At the American College of Rheumatology (ACR) meeting, Janssen Immunology presented a Tremfya (guselkumab) posthoc analysis demonstrating stringent disease activity control at two years in patients with psoriatic arthritis. In addition, the analysis of Phase 3 DISCOVER-2 data indicated that patients with active psoriatic arthritis with a response at week eight to the IL-23 inhibitor guselkumab had meaningful improvements in health-related quality of life at week 100 compared to patients without such an early response.
“We’re now getting increasingly solid evidence that IL-23s are effective and have sustained effectiveness in psoriatic arthritis,” said Dr. Philip J. Mease, M.D. of the Swedish Medical Center/Providence St. Joseph Health and the University of Washington in Seattle, Washington.
The DISCOVER-2 trial was a randomized, double-blind, placebo-controlled study focused on biologic-naive patients with active psoriatic arthritis. In the study, patients in the drug arms received 100 mg of subcutaneous injections every four or eight weeks.
In the original study, investigators saw highly significant improvements in arthritis, enthesitis, dactylitis, skin disease, function and quality of life at 24 weeks.
The new posthoc analysis of DISCOVER-2 underscores that psoriatic arthritis patients who achieve early clinical improvement will likely have future gains in health-related quality of life and fatigue.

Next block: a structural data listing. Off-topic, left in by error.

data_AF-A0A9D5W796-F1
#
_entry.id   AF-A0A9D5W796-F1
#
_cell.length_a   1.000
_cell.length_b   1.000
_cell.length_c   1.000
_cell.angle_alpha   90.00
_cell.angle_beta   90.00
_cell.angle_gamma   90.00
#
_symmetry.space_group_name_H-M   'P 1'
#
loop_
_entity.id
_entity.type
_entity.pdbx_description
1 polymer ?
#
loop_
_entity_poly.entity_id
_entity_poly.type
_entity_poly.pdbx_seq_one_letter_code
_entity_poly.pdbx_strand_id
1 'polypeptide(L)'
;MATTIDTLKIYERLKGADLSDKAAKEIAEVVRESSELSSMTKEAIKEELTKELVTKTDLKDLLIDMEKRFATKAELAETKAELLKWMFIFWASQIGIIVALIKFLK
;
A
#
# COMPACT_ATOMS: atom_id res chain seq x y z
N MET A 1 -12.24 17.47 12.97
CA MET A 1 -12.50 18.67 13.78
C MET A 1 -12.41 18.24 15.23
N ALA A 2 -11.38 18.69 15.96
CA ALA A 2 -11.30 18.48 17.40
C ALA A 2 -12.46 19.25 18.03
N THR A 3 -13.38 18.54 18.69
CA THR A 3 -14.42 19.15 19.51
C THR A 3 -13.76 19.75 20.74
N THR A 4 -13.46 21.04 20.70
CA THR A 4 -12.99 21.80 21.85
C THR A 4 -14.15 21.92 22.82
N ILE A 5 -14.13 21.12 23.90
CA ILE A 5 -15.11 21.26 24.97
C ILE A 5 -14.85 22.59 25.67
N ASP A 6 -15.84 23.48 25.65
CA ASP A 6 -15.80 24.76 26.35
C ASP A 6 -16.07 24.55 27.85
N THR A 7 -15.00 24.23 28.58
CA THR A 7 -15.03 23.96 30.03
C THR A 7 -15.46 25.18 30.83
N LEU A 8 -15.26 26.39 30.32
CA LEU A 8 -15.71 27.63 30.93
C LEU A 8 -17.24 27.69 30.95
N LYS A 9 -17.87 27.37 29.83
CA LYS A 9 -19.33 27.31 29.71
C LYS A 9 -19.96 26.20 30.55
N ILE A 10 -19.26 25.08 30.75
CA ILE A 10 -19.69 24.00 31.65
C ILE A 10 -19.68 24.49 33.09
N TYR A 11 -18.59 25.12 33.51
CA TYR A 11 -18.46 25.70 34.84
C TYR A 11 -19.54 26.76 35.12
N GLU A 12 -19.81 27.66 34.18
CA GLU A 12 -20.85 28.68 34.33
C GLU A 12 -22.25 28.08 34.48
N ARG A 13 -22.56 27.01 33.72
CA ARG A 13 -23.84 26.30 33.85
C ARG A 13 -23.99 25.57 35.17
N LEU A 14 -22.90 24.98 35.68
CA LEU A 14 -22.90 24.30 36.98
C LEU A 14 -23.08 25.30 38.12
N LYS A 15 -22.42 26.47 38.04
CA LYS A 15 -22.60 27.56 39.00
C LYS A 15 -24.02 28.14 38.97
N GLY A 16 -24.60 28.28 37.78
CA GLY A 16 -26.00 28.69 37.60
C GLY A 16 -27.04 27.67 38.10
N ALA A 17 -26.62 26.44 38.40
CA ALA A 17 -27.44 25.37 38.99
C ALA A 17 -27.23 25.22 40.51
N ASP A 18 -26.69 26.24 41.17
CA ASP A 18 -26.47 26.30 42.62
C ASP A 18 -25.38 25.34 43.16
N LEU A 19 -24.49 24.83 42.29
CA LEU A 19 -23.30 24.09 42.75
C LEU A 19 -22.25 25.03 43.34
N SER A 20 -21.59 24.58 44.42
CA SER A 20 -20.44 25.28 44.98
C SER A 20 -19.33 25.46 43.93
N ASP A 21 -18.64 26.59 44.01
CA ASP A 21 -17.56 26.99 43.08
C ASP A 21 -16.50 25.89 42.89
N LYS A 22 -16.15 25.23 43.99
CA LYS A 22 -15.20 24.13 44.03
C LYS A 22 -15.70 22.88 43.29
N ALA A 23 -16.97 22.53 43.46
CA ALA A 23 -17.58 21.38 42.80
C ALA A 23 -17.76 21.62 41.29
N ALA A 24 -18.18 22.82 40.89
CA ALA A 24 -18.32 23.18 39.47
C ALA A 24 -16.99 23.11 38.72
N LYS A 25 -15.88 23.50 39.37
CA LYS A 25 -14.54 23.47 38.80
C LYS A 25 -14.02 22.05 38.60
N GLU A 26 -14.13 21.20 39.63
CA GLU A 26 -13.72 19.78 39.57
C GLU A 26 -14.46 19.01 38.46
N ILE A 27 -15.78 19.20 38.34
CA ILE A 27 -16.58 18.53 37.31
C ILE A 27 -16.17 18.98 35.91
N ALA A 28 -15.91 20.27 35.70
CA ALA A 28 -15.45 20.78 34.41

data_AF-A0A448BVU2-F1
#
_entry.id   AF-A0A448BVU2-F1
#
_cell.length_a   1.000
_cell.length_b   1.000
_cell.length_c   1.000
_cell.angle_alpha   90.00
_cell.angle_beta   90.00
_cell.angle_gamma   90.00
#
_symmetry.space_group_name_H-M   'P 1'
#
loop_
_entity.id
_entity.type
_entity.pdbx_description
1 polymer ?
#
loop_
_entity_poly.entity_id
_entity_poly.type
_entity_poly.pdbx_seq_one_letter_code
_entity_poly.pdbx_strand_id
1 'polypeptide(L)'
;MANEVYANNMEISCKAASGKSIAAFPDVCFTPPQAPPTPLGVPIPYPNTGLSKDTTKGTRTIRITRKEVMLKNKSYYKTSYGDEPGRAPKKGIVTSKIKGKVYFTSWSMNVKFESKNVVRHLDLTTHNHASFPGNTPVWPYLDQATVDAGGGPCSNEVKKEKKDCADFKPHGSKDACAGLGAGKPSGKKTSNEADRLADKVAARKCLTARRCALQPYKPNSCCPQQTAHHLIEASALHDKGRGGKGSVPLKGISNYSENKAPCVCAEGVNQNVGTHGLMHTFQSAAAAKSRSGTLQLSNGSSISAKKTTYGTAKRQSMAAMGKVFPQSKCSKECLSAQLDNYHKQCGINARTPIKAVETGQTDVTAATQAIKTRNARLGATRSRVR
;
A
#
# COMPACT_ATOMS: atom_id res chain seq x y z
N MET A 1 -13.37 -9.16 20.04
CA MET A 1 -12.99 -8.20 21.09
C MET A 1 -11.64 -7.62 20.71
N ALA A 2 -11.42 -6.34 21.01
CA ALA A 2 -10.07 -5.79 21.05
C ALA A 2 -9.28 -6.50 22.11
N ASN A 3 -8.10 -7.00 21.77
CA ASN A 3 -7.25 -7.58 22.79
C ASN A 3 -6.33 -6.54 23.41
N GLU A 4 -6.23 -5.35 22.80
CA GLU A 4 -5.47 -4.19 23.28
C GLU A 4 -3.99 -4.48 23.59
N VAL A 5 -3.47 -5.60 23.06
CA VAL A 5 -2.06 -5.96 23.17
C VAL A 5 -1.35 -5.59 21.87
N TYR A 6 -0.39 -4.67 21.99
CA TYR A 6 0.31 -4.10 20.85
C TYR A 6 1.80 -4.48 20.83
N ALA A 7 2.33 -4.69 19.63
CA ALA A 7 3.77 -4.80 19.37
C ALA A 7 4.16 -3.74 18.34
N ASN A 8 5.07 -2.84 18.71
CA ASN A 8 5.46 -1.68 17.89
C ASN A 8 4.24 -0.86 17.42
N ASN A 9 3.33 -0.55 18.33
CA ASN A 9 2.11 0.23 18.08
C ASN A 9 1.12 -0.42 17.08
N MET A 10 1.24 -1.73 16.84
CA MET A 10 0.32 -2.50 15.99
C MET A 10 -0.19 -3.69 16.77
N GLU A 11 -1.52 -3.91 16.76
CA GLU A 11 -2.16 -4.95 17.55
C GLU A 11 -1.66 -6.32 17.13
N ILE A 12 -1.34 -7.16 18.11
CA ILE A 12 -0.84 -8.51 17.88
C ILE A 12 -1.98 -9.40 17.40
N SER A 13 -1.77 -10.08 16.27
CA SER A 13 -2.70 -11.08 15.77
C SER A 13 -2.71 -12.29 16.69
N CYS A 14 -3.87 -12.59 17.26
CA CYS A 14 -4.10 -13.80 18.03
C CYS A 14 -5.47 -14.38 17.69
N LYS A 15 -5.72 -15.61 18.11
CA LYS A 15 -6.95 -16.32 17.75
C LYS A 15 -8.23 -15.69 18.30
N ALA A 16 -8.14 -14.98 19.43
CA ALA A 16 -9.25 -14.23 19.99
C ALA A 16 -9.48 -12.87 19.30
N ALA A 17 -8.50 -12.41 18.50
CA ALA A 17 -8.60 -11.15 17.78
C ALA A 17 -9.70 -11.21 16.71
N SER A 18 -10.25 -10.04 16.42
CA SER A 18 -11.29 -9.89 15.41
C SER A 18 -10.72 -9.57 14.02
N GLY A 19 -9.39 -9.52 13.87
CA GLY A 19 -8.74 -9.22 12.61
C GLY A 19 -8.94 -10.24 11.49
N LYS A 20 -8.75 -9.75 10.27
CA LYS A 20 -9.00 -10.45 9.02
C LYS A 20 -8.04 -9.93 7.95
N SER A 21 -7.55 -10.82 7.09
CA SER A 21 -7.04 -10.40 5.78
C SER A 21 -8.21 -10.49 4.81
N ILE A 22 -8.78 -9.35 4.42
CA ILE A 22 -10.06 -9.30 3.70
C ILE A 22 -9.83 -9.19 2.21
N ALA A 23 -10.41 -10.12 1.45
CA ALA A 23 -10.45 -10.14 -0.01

All analyses were done with a non-responder imputation (NRI) analysis. NRIs are a strict method of analysis that counts patients who drop out of the study for any reason as non-responders. “Normally, you would just not count people who have dropped out because of lack of efficacy or safety or those who have moved away from the area,” Mease said. “In NRIs, you don’t count patients who drop out for any reason — safety, efficacy, moving away from the center or just getting tired of being in a study even if they were doing well.”
“Even with NRI analysis, we saw a sustained response over time,” Mease said. “So I think that’s an important point.”
Further posthoc analyses demonstrated that guselkumab recipients had clinically meaningful improvements in fatigue based on the FACIT-F scale at week 8. In addition, almost one-third of patients had normative fatigue scores through week 100.
The ongoing analyses regarding guselkumab in psoriatic arthritis help provide “increasingly solid evidence that IL-23s are effective and have sustained effectiveness,” Mease said.
It is common for psoriatic arthritis patients to lose efficacy from a given drug, whether it is a TNF inhibitor, IL-17 inhibitor or something else. “So it’s important to have a solid mechanism to cycle patients when patients are losing efficacy from a previous drug. And arguably, because of their safety profile, I think we should be using IL-23s earlier because of their overall safety profile.”
Janssen also shared guselkumab data at the 2021 ACR meeting.
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